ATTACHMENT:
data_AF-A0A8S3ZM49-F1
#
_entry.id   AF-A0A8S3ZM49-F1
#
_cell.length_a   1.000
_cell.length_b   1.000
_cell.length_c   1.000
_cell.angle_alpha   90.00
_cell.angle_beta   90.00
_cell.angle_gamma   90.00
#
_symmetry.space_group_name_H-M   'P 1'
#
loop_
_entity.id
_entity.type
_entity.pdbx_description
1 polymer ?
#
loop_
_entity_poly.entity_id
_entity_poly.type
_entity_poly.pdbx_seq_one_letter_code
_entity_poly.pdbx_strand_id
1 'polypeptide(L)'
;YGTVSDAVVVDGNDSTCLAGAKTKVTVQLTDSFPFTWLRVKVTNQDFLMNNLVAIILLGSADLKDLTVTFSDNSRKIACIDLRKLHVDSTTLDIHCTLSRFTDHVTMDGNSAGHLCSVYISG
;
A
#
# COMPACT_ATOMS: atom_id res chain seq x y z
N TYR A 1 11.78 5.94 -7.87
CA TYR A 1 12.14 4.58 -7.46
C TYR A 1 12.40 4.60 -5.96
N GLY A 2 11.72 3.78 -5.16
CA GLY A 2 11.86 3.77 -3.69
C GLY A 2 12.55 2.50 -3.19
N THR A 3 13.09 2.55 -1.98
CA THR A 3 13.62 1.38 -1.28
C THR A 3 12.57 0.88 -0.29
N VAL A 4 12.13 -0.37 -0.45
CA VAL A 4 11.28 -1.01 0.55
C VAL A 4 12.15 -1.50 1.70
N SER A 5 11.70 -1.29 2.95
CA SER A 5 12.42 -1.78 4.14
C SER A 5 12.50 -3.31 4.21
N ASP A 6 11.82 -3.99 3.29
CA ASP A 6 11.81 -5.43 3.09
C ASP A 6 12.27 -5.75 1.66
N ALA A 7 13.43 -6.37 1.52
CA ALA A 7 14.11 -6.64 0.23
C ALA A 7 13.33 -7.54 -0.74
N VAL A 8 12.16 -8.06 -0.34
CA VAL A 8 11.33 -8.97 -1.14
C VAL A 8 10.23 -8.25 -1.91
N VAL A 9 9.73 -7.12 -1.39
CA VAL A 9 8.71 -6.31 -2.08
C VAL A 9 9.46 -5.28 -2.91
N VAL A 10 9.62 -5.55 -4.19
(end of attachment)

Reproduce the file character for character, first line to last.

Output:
data_AF-A0A8S3ZM49-F1
#
_entry.id   AF-A0A8S3ZM49-F1
#
_cell.length_a   1.000
_cell.length_b   1.000
_cell.length_c   1.000
_cell.angle_alpha   90.00
_cell.angle_beta   90.00
_cell.angle_gamma   90.00
#
_symmetry.space_group_name_H-M   'P 1'
#
loop_
_entity.id
_entity.type
_entity.pdbx_description
1 polymer ?
#
loop_
_entity_poly.entity_id
_entity_poly.type
_entity_poly.pdbx_seq_one_letter_code
_entity_poly.pdbx_strand_id
1 'polypeptide(L)'
;YGTVSDAVVVDGNDSTCLAGAKTKVTVQLTDSFPFTWLRVKVTNQDFLMNNLVAIILLGSADLKDLTVTFSDNSRKIACIDLRKLHVDSTTLDIHCTLSRFTDHVTMDGNSAGHLCSVYISG
;
A
#
# COMPACT_ATOMS: atom_id res chain seq x y z
N TYR A 1 11.78 5.94 -7.87
CA TYR A 1 12.14 4.58 -7.46
C TYR A 1 12.40 4.60 -5.96
N GLY A 2 11.72 3.78 -5.16
CA GLY A 2 11.86 3.77 -3.69
C GLY A 2 12.55 2.50 -3.19
N THR A 3 13.09 2.55 -1.98
CA THR A 3 13.62 1.38 -1.28
C THR A 3 12.57 0.88 -0.29
N VAL A 4 12.13 -0.37 -0.45
CA VAL A 4 11.28 -1.01 0.55
C VAL A 4 12.15 -1.50 1.70
N SER A 5 11.70 -1.29 2.95
CA SER A 5 12.42 -1.78 4.14
C SER A 5 12.50 -3.31 4.21
N ASP A 6 11.82 -3.99 3.29
CA ASP A 6 11.81 -5.43 3.09
C ASP A 6 12.27 -5.75 1.66
N ALA A 7 13.43 -6.37 1.52
CA ALA A 7 14.11 -6.64 0.23
C ALA A 7 13.33 -7.54 -0.74
N VAL A 8 12.16 -8.06 -0.34
CA VAL A 8 11.33 -8.97 -1.14
C VAL A 8 10.23 -8.25 -1.91
N VAL A 9 9.73 -7.12 -1.39
CA VAL A 9 8.71 -6.31 -2.08
C VAL A 9 9.46 -5.28 -2.91
N VAL A 10 9.62 -5.55 -4.19